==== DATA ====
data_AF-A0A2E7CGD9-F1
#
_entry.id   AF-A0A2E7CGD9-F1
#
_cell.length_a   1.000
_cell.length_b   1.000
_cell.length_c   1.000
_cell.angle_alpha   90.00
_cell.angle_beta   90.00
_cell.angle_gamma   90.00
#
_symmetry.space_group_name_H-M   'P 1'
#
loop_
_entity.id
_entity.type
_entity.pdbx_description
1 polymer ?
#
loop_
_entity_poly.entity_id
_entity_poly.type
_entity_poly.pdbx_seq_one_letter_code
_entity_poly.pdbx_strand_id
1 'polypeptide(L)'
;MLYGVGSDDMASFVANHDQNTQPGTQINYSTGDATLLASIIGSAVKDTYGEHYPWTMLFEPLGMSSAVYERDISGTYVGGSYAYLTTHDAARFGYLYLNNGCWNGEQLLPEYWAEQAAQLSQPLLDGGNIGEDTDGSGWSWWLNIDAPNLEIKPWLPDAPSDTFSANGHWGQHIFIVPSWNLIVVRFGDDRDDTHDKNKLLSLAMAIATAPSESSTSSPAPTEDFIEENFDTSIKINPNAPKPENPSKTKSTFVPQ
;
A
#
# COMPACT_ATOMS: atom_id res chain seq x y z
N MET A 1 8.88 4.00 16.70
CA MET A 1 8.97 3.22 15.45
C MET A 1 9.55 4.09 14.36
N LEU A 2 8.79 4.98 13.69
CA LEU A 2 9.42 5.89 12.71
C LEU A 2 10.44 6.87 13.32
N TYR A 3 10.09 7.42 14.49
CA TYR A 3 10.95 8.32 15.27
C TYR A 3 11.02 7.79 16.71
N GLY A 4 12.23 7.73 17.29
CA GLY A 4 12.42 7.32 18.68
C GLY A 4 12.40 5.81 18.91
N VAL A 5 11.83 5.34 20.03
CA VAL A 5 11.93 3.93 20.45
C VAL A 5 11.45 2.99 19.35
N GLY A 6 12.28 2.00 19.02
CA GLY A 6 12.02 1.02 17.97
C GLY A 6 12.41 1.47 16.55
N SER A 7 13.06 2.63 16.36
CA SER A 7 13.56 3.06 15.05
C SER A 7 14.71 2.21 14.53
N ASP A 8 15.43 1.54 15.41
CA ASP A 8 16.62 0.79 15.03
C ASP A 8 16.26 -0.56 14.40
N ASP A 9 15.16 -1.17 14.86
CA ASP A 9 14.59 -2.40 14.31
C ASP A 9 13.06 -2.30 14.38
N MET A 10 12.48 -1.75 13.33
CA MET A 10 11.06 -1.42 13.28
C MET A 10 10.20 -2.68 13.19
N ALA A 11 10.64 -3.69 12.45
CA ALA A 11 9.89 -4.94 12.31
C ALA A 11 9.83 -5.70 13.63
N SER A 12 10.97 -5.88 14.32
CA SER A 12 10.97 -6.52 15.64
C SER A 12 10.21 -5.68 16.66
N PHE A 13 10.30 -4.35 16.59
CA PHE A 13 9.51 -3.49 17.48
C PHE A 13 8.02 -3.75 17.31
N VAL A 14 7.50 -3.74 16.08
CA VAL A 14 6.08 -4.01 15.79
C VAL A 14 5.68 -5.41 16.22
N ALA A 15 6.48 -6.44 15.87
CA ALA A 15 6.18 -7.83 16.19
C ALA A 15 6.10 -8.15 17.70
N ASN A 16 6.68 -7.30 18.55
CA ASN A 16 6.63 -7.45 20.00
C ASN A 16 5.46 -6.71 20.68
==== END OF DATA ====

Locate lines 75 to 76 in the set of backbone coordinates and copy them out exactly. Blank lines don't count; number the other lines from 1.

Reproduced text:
C ALA A 15 6.10 -8.15 17.70
N ASN A 16 6.68 -7.30 18.55